A senior member of the Kenyan government who was banned from entering the United Kingdom is challenging the decision in the High Court in London.
Mr Murungaru was demoted this year after corruption allegations
Dr Chris Murungaru, Kenya's transport minister and a close ally of President Mwai Kibaki, has begun proceedings to get the decision judicially reviewed.
His visa was revoked but the British authorities did not disclose the basis for the decision.
The minister's lawyers argue this is a violation of his human rights.
Dr Murungaru had been making frequent visits to Britain for private medical treatment, following surgery in April this year.
But on 25 July he received a letter from the British authorities informing him that his visa was being revoked.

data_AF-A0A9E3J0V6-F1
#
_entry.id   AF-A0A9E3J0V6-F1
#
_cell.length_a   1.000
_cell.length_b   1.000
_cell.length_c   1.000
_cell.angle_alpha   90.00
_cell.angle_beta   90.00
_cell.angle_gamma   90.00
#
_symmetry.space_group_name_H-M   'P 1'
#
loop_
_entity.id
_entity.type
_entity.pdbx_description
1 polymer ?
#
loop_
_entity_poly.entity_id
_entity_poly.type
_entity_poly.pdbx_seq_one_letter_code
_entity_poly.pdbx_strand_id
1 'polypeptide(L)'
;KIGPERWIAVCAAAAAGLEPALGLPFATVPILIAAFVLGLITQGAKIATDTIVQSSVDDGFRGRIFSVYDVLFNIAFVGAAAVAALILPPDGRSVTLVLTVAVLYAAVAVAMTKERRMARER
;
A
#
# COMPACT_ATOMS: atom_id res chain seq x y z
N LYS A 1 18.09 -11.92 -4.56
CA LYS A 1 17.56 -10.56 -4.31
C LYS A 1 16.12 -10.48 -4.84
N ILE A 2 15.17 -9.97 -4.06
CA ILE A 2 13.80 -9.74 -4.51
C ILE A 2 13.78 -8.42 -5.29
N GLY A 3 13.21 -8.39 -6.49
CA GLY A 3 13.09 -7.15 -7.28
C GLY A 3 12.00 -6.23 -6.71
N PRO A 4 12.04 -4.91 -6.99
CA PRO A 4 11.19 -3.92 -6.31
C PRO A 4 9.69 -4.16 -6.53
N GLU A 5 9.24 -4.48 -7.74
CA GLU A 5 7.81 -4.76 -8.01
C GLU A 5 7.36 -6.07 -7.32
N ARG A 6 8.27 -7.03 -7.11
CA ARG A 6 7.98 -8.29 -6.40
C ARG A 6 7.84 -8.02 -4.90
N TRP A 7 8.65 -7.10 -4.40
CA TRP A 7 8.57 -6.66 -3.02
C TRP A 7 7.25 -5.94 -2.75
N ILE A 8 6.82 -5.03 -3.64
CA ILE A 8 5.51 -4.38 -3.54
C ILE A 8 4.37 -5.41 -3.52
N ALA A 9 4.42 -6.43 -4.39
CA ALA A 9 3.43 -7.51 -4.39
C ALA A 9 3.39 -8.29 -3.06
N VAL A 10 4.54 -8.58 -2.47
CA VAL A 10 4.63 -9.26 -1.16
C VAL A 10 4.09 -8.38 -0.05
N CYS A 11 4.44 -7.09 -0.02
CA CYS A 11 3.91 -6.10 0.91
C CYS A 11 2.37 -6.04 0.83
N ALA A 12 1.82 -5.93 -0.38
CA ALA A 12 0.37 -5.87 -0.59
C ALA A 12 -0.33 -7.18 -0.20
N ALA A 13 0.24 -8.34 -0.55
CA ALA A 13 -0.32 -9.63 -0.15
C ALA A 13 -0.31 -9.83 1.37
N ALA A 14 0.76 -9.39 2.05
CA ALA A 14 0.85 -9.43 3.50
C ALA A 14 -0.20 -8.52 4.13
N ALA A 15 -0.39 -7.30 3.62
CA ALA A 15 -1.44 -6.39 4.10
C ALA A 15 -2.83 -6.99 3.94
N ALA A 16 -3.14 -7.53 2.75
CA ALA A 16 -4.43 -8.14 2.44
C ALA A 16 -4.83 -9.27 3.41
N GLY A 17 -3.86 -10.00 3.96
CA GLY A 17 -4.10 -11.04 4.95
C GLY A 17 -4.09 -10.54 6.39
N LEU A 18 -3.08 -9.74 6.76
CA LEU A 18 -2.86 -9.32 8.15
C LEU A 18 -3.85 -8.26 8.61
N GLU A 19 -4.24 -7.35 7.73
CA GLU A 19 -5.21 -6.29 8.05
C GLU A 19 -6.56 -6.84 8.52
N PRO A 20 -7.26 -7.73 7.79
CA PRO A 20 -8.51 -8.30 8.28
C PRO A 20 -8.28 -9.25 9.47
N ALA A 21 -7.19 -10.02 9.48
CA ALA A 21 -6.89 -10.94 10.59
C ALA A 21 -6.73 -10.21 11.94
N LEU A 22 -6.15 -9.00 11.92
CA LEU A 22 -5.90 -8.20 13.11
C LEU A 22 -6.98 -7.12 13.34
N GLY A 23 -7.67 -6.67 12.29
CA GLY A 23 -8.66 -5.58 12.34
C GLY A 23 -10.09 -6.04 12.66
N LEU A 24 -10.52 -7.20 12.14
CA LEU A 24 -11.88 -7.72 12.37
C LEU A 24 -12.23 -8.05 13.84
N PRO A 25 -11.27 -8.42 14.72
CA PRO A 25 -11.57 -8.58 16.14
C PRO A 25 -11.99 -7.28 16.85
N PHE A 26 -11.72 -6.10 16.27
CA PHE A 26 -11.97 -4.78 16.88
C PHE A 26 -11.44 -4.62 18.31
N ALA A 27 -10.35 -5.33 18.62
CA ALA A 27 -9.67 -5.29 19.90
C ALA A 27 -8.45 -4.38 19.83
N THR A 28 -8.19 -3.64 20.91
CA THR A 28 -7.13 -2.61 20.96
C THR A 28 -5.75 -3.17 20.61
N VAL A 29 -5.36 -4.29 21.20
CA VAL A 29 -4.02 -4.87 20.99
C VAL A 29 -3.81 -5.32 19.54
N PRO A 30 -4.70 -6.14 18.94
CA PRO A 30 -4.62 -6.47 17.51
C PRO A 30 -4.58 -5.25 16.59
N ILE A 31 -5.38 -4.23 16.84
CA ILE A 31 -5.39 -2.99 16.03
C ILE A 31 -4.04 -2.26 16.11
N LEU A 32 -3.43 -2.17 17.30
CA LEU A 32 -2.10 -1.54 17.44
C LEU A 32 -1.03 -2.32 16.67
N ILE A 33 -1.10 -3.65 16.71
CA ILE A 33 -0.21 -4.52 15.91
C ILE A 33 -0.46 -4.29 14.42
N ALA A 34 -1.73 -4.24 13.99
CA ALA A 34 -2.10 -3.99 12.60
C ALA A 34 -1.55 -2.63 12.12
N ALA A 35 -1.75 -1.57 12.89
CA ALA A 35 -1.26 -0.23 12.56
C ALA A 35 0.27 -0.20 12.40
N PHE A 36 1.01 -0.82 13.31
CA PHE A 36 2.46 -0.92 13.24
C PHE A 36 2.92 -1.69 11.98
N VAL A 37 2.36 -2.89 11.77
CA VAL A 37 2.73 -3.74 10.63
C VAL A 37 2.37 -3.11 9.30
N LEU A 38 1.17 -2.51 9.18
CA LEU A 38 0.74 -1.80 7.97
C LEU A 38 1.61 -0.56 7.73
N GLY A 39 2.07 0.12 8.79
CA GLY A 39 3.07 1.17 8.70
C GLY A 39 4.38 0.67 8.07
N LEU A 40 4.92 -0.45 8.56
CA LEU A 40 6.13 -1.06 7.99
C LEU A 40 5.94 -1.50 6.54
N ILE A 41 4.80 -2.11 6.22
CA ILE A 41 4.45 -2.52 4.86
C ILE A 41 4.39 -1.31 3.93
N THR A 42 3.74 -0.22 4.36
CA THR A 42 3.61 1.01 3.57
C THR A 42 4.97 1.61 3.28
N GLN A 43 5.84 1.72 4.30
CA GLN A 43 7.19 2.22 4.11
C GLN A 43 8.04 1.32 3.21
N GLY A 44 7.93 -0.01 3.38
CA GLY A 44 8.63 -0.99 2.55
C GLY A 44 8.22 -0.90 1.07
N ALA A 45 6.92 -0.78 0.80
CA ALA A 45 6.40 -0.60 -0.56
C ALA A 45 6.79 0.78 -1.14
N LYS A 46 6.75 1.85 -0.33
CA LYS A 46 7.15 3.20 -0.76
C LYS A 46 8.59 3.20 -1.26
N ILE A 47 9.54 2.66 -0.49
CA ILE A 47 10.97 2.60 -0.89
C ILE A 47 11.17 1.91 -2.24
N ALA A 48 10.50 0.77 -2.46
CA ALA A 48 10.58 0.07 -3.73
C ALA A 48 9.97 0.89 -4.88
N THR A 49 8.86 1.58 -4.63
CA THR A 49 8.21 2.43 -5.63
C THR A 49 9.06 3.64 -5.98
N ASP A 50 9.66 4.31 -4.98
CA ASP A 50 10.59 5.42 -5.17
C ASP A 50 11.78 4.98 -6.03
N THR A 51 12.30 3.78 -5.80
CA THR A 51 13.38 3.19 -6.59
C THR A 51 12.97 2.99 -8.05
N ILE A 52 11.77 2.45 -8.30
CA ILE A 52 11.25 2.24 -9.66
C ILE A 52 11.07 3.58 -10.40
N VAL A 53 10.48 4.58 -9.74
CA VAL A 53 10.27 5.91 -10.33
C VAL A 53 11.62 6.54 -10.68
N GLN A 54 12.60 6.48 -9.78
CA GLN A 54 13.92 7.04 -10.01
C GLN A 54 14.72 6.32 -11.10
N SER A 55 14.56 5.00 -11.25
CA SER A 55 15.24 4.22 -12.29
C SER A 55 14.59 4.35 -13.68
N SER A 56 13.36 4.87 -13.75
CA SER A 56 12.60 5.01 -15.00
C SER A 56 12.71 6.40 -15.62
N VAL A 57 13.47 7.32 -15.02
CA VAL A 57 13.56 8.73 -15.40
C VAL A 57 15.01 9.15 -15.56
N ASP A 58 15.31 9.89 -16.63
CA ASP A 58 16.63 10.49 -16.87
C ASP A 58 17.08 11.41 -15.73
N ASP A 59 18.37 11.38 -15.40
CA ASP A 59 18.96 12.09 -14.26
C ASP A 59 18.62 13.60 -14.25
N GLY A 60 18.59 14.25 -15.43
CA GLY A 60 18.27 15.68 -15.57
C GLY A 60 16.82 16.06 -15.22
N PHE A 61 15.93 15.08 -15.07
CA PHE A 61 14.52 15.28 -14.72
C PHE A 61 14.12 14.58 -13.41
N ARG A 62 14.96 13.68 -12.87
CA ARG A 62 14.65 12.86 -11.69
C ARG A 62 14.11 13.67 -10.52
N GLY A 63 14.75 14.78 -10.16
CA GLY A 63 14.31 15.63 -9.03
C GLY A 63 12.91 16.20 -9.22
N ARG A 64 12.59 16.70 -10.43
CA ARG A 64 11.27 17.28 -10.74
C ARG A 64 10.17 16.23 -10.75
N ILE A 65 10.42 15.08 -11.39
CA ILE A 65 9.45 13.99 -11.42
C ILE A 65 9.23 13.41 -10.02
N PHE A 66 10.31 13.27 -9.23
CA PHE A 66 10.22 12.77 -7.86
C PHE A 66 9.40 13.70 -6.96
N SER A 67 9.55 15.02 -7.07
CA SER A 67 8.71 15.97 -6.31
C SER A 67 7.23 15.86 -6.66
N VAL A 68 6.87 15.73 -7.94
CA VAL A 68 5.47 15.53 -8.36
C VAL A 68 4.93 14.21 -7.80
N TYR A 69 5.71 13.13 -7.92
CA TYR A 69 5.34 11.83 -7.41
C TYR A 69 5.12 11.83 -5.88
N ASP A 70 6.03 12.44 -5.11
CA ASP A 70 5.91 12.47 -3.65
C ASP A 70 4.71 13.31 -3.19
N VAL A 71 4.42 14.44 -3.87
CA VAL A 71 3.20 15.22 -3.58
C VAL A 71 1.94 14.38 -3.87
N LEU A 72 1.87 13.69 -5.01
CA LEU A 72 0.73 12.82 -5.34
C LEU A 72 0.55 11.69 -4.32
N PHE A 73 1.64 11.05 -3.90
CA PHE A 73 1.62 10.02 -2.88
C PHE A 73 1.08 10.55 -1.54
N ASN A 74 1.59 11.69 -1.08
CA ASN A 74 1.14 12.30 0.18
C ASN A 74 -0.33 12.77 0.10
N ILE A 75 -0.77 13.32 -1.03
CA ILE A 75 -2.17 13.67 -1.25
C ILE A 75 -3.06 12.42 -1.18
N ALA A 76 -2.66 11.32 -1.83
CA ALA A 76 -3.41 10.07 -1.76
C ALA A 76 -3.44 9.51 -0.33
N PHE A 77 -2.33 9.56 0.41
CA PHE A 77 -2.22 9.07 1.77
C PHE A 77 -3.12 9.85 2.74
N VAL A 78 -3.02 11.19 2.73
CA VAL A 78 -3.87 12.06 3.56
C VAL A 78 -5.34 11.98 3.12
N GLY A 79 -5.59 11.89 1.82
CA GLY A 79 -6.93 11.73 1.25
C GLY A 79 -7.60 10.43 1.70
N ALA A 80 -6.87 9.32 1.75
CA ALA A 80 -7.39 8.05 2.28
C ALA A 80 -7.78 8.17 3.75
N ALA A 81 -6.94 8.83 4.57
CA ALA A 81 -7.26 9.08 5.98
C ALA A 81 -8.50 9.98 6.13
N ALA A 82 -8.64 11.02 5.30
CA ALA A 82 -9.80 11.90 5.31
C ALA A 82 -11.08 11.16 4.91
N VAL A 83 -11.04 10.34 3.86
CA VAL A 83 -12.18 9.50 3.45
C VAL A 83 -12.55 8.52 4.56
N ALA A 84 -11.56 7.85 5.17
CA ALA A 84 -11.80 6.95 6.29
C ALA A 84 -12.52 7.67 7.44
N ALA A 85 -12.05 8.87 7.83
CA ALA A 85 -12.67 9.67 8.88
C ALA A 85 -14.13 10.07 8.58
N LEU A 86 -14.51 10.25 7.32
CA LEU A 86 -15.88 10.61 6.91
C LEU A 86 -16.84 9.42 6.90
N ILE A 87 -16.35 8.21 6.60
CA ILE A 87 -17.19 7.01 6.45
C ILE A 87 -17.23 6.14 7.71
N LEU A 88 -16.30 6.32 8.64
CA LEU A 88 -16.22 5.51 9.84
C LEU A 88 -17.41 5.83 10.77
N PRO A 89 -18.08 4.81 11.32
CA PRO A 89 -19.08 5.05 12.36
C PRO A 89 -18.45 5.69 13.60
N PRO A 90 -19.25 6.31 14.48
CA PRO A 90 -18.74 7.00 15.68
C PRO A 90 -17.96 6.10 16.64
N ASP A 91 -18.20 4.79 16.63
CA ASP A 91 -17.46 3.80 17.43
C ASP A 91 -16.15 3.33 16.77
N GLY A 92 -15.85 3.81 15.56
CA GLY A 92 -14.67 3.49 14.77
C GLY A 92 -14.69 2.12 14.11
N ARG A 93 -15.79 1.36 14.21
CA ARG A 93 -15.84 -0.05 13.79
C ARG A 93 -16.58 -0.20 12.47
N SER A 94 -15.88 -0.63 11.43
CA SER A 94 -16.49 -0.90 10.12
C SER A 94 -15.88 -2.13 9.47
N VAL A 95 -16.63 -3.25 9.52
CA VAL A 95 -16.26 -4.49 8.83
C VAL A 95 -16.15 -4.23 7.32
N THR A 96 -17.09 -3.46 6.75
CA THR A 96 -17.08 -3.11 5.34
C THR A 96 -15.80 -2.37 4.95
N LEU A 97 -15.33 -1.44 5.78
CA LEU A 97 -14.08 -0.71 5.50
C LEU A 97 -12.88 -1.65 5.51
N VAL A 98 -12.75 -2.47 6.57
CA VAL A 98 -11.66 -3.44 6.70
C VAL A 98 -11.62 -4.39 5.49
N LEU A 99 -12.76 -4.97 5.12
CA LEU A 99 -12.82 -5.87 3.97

It gave little explanation other than to say that his presence "would not be conducive to the public good" in the light of his "character, conduct and associations".
His lawyers now want that decision judicially reviewed by the High Court in London.
President Kibaki came to power on an anti-corruption platform
They argue that Dr Murungaru should be offered an opportunity to address any concerns the British government has, and that because he was undergoing a course of medical treatment, suspending his right to enter Britain was a breach of his human rights.
His lawyers argue that it has damaged his personal and political reputation, and that the letter's timing - so soon after the London bombings in July - implies that he could be a security threat.
But there are strong suspicions that the ban is linked to Kenya's record on tackling corruption.
It is no secret that Dr Murungaru has had a series of very public disputes with the former British High Commissioner in Kenya, Sir Edward Clay.
He has been critical of the Kenyan government's record on tackling corruption.
But it is far from clear whether this personal animosity has played a part in the visa ban.
The British government now has 21 days to respond to the Kenyan minister's legal challenge.